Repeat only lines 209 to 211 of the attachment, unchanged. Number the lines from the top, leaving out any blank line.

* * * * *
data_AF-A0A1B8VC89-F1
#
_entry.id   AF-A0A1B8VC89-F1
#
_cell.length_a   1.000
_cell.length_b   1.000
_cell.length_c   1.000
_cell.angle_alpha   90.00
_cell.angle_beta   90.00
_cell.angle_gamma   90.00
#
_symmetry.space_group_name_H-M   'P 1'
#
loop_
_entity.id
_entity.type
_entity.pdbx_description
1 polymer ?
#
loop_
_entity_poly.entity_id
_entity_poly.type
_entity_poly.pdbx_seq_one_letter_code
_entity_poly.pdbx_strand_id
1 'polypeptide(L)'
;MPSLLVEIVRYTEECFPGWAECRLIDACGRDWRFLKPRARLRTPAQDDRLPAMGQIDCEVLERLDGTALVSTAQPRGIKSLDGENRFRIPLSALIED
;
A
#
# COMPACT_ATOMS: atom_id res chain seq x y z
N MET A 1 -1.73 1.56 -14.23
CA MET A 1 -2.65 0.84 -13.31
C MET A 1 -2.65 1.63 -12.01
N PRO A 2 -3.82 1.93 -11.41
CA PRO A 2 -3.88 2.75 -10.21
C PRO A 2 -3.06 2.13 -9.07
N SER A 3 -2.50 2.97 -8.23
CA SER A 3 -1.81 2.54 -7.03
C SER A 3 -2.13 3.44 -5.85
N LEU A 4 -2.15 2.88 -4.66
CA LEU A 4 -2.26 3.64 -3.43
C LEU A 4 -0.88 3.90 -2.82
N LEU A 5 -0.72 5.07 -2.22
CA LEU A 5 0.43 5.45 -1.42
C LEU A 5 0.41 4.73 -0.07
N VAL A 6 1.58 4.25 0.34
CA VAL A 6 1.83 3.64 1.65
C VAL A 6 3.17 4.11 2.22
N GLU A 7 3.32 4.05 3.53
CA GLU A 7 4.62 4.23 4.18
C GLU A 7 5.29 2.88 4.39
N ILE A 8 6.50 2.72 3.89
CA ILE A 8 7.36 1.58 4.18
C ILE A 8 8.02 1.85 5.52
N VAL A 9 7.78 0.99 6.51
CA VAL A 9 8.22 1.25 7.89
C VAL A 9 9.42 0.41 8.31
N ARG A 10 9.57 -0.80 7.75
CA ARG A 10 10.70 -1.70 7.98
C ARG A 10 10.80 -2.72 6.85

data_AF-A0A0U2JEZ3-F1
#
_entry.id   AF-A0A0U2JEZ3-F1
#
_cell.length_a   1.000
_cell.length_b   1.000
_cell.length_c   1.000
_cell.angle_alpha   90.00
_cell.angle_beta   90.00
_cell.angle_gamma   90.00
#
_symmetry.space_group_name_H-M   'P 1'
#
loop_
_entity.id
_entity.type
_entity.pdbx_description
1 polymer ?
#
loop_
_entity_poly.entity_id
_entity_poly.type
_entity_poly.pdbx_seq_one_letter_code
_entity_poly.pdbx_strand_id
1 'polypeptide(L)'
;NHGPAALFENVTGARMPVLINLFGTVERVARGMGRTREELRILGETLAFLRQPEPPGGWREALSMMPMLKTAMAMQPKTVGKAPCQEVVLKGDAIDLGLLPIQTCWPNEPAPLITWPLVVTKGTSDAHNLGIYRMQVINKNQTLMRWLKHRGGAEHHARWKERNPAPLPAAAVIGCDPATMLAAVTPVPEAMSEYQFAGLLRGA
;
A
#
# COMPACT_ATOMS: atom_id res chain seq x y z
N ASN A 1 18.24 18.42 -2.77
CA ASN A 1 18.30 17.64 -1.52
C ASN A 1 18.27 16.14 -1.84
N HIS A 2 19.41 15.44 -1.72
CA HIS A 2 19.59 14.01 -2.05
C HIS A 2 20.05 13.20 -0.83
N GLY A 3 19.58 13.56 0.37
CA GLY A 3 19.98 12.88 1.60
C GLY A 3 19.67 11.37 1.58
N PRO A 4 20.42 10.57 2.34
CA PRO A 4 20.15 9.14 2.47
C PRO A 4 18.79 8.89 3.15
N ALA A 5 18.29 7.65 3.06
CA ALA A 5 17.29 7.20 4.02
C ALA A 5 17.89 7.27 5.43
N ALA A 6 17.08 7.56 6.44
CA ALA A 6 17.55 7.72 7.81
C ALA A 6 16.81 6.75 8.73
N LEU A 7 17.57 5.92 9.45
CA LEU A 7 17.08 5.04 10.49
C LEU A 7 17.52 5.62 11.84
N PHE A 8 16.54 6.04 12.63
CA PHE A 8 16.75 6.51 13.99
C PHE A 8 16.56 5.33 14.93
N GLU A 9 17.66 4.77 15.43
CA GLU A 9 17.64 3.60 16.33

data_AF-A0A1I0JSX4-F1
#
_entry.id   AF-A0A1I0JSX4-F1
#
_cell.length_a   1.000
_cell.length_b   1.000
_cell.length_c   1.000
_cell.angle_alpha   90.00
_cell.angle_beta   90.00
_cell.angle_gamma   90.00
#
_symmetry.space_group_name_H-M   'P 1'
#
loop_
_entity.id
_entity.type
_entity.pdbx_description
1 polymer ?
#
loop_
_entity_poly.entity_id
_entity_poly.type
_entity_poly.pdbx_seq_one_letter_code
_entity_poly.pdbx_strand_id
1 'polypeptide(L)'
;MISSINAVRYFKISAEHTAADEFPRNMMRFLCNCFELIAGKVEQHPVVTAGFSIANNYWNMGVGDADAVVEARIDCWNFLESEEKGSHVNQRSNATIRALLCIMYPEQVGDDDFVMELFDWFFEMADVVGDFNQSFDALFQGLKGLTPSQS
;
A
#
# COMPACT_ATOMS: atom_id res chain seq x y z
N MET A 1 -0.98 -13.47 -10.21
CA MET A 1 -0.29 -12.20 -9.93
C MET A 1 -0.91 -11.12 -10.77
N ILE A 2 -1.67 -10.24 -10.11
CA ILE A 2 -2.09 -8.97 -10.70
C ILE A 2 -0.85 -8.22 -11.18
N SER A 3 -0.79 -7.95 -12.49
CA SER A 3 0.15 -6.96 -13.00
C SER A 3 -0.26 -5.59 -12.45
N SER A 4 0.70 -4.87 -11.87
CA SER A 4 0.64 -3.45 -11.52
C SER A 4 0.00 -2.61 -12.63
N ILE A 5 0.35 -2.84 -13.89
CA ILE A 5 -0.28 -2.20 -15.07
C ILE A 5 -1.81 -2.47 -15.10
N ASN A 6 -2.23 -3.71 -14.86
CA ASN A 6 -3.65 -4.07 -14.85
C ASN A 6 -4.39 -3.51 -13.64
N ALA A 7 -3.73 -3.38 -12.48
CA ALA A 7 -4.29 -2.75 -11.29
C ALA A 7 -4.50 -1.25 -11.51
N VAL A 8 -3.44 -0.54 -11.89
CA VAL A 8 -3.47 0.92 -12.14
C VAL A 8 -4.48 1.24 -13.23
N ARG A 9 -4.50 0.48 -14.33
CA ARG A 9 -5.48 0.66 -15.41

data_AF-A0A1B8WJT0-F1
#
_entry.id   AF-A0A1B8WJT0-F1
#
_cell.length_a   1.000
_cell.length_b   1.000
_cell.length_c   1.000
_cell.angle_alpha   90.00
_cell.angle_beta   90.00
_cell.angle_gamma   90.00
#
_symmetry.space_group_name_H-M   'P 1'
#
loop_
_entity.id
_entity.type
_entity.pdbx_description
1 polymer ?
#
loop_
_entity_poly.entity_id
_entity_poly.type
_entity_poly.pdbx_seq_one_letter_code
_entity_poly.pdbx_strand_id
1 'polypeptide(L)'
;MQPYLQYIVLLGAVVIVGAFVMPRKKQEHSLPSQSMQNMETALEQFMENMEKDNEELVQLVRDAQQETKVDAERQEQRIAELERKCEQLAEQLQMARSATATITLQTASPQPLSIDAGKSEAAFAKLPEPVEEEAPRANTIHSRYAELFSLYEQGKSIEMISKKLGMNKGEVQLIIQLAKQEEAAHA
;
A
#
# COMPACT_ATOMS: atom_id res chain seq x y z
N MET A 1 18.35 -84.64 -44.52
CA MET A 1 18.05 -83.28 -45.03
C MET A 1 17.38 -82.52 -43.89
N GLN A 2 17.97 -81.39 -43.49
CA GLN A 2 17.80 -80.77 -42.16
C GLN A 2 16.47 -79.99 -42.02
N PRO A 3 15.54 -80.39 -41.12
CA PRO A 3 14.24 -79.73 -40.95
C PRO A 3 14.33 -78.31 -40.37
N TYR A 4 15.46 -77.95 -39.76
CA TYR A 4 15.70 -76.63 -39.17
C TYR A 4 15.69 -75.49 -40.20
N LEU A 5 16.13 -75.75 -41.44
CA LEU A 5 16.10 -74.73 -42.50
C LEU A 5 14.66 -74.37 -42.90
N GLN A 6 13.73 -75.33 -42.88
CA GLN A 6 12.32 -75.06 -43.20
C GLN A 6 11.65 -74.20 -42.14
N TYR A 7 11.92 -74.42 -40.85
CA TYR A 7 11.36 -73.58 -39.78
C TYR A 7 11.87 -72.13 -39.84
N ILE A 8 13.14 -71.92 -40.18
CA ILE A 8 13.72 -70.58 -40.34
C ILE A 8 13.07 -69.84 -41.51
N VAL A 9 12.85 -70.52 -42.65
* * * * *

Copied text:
N PRO A 3 15.54 -80.39 -41.12
CA PRO A 3 14.24 -79.73 -40.95
C PRO A 3 14.33 -78.31 -40.37